The New York Times executives Mark Thompson and Arthur Sulzberger announced via an internal memo that the newspaper will vacate (at least) eight floors in its iconic Manhattan headquarters as part of cost-cutting plan. The move is aimed at generating additional rental income, together with redesigning office space.
In case you don’t know or you don’t remember, the NYT reported recently that their campaign for boosting income via selling subscriptions during the newspaper’s vicious war with Donald Trump was an incredible success. However, judging from today’s announcement, it looks like the subscriptions were for the crossword puzzle, as NYT’s execs said that”
“It’s frankly too expensive to occupy so many floors when we don’t really need them.”
The lesson to be taken home from the mainstream media giant’s actions from last year is that when the newspaper model fails, you just pivot into a real estate investment trust, right?
The NYT’s remaining staff currently stationed in these 8 floors (we’re talking about almost 400 employees) will soon be moved to a temporary location, where they’ll stay until the end of next year, when the re-design of the office space will be finished.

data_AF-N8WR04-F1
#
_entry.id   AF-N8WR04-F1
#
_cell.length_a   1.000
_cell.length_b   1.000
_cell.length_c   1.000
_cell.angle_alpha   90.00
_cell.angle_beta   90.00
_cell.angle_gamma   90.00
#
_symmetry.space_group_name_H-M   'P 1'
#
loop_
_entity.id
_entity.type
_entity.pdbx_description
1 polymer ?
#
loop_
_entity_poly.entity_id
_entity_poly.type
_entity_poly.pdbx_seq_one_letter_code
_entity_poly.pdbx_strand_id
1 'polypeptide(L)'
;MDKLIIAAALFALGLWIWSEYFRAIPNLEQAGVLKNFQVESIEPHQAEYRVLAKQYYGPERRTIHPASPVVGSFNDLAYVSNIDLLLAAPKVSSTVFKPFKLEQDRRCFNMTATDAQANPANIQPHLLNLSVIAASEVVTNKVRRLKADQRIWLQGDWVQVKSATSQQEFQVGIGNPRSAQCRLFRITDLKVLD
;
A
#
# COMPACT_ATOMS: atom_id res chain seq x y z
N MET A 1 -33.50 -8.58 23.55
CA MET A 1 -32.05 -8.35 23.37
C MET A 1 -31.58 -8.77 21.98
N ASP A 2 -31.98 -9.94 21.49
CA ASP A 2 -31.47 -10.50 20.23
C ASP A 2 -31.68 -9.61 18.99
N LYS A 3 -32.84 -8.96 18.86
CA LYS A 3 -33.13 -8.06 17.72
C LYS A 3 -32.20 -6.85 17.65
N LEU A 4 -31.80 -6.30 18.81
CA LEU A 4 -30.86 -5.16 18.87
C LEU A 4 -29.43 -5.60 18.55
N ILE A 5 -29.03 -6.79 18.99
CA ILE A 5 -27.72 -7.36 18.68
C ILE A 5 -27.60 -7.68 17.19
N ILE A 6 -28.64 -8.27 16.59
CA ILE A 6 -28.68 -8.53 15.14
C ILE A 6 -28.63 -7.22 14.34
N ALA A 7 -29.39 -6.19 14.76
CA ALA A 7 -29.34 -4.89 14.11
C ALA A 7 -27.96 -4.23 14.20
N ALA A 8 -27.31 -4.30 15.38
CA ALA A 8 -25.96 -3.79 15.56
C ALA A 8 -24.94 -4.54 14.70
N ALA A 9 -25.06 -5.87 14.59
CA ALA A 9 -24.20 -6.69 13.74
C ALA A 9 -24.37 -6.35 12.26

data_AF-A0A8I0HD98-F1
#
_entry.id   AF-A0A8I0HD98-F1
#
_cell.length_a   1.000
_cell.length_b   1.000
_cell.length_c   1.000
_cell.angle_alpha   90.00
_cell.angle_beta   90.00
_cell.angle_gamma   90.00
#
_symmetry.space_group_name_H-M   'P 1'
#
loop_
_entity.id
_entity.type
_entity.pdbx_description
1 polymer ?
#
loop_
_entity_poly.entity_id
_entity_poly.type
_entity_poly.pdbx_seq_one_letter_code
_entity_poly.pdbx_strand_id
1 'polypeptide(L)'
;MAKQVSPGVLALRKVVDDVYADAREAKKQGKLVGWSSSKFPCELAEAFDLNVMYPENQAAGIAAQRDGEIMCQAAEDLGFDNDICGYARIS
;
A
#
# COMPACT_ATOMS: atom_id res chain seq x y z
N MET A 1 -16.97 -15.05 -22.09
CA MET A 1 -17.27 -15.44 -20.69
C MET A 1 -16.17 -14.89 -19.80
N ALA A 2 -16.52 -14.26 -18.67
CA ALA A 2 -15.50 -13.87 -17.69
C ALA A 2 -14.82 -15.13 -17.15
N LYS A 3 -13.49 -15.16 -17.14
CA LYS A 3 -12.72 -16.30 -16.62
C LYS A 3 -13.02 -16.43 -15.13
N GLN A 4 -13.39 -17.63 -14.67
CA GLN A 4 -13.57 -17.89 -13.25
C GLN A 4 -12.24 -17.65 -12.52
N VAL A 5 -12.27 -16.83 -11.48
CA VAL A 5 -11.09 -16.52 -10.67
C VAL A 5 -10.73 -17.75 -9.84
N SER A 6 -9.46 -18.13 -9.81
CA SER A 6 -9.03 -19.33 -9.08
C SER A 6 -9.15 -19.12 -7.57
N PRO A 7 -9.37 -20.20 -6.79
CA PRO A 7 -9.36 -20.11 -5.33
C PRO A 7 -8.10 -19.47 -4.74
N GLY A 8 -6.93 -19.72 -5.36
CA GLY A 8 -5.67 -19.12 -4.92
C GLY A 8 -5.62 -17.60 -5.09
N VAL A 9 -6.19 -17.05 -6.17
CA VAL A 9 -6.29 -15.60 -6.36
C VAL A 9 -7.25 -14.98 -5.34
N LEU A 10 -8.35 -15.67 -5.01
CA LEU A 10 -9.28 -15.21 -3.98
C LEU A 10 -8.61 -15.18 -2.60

The floors will be re-designed in a manner which is said to be more modern and more dynamic, some sort of an open workplace which is better suited to the current situation.
Furthermore, New York Times’s CEO and publisher will no longer benefit from their corner offices, which were deemed by today’s internal memo as “vestiges from a different era” (when presumably journalism was about reporting facts). Also, common spaces and team rooms will be introduced in the near future, whatever that means.
It’s not clear yet if the New York Times will slash its work force as part of their latest cost cutting endeavor. However, the internal memo adds:
“In the end, these changes will impact every employee at 620 Eighth Ave. In the near term, we will have to move about 400 employees out of the building to nearby office space while the first phase of work is completed. We expect that group, which includes parts of marketing, technology, the newsroom, news services, corporate finance and print products and services pre-press operations, to move in the first quarter and return by the end of 2017. Your manager will notify you if your position is affected by this temporary move. We understand and appreciate the disruption this will inevitably cause and we will do everything in our power to mitigate it.”
But it doesn’t matter anyway, right, because subscriptions are soaring, everything will be alright, we promise. The soon to be vacant space could be occupied in the future by Facebook’s fact checking teams, don’t you think?